Um, why did you even bother to reply with an offer like that?  You think I'll pay that price rather than the Japanese one, or get them myself from the States?

Mind you, this is the same store I had made a similar offer of price-matching a couple years ago, for something that would have cost $450 in Japan.
The wheel would be a custom hand built wheel.
Alfine 8 speed internal hub retails around $360
The rim can range from $50 to well over a $100, depending on what you would go with.
Spokes are $1 per if you want to use DT Swiss straight gauge silver spokes
Labour for the build is $45.
J-tek 8spd shifter - around $100
To install the wheel - $20
To install/adjust the shifter - $25
I was just as convinced to make the purchase then as now.
Well... that's $700 for one mediocre wheel.  This is why people shop out of Canada. 

University: 'get paid!', kid.

Well, nobody on either side of my family had gone to university in their youth.  I'm in my forties, but I know enough what I did wrong to know what my children should do in a few decades.

The way it's done:
- when you go, you are too young to know what to study
- and are too young to know that your course load is nothing compared to working a real week
- on the other hand, taking a full course load in the first year is a bad idea for your marks
- as is isolating yourself on campus with all the other precious snowflakes
- you can't make any real money in the summer, just as everyone else is glutting the market
- besides, what are you going to do with your room/apartment if you go out of town?
- don't pay rent out of town for the sake of it
- finish in as few years as you can
- 'study what you love!'

The way it should be done:
- get accepted in your last spring of high school, and defer it for a year
- work, travel, volunteer, what have you
- know something about the real world first
- forget the eight-month school year, four-month summer
- take summer courses
- but take fewer fall/winter term courses to keep the balance
- use the extra time all year to keep the same part-time job through the whole year, living in the same location, making more than the amount in a year you would in just the summer
- you'll learn more about life and where you live, if you are not only with privileged jerks
- use the money saved on rent out of town to backpack somewhere interesting the weeks left off school and work between semesters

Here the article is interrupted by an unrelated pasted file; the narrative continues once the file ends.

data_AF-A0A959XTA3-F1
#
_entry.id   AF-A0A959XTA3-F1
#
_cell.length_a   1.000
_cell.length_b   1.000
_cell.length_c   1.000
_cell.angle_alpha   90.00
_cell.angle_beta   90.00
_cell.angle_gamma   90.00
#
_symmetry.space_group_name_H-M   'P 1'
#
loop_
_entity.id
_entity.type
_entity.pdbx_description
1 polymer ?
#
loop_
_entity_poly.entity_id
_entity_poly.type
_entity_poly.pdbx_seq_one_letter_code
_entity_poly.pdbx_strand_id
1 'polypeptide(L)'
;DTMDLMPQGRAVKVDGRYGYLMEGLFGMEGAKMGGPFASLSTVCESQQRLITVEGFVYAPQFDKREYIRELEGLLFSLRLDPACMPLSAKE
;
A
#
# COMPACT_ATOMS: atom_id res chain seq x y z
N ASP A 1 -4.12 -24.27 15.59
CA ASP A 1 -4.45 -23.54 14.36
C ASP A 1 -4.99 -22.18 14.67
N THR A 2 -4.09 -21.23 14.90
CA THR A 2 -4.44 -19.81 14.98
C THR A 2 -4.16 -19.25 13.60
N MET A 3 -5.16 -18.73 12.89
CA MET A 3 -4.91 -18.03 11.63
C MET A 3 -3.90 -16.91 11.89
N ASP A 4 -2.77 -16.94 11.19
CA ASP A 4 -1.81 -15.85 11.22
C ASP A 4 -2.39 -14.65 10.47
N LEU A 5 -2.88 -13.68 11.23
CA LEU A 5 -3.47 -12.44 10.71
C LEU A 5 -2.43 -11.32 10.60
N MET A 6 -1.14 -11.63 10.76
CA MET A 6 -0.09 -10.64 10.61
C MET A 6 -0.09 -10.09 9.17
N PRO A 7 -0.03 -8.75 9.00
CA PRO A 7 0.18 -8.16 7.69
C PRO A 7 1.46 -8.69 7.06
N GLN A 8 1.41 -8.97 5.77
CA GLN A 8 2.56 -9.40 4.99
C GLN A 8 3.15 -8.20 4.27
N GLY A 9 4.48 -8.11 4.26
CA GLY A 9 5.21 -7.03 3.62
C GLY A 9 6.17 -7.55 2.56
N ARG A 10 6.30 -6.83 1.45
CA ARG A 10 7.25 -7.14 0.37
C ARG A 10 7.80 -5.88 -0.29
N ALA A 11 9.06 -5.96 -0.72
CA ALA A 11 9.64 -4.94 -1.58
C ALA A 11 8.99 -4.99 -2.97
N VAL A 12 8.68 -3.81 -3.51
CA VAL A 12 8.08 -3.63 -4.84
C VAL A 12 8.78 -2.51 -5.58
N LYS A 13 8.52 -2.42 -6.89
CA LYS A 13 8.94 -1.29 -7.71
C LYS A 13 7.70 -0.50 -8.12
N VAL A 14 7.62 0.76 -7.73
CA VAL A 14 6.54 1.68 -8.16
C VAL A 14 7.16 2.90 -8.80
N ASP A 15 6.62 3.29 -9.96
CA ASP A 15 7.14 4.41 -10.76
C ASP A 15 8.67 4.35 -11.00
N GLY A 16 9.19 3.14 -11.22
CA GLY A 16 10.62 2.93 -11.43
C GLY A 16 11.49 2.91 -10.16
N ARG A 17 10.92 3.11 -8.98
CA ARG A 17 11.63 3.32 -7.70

- finish with as little debt as you can
- 'what you love!' doesn't pay; minor in it

If I'd known a fraction then what I know now...

Friday 9 May 2014

Just why is Japan an automotive super power?*

Day road trip to Chichibu from Tokyo:
- 250km return
- 13000円 for the rental, and insurance, of a Mazda 5
- 3500円 for the gas
- over 7000円 on tolls

A return trip for an adult would be something like 5000円 on express trains, so only with five adults in the car do those costs become worthwhile: we were three adults, one child  under five, and another under two.  Never mind how tiring the driving was, and never mind how much slower it is than the train, most of the time: I have been in twelve hour traffic-jams twice, both in Japan. I can take the 25% premium over Canada on the cost of the rental and gas per litre, especially as you never drive as far to use much gas.  However, that extra 7000円 on tolls, WTF?

No, in fact the tolls don't bother me.  I'm pro-urban, pro-transit, and better informed than my Canadian compatriots on the real costs of driving, so toll-charge away.  I just can't see why anyone in Japan would own a car if they had any way to avoid it, and they sure have more than North Americans: there is a train network in Japan.  Has to be more than half of Japanese owners do not even commute with them, but leave them parked all week, to drive in traffic jams come days off work, of which they have little flexibility.  This is fun?  This is a status symbol?  This is worth paying how much from your gross income?  In Canada it's more than $9000 annually, on average; it has to be 150% that in Japan with more expensive gasoline and parking, and the additional costs of shaken and tolls.  

Shopping?  This is also a country where you can get anything, from groceries to consumer products to drink delivered to your door on your own schedule, for no more than in store, and often less.

As ever, 'WTF are you thinking, Japan', morphs into, 'Are you fucking thinking, Japan?', into 'You bunch of fucking Deltas, Japan' - electrocuted in the flowerbeds.

Twelve more weeks...